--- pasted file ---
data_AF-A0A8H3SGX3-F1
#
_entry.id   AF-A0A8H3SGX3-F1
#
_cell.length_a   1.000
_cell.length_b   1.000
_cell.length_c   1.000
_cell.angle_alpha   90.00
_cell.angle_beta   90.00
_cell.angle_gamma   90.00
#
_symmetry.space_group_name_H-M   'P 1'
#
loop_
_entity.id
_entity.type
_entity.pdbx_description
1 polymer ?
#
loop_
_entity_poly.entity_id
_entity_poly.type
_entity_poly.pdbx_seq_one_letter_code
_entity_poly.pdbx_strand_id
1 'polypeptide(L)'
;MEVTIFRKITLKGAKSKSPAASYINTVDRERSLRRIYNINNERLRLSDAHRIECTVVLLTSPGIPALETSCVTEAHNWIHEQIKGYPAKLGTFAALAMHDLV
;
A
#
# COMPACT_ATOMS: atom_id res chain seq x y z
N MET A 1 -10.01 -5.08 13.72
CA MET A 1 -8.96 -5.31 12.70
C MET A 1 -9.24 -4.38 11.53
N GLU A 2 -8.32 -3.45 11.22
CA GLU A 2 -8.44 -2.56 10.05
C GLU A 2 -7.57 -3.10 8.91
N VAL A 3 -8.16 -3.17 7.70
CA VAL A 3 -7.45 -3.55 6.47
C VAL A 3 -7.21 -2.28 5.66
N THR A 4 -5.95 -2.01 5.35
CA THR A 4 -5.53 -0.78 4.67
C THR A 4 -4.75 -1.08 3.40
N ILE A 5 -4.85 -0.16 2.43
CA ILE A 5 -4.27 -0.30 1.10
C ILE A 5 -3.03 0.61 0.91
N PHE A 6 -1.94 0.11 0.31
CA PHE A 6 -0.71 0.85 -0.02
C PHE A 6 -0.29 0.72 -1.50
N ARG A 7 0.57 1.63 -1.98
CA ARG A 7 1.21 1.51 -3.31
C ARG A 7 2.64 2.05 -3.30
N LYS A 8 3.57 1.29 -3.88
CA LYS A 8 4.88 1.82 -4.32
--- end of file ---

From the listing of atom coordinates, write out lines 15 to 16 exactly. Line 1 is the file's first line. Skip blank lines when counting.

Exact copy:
_entity.id
_entity.type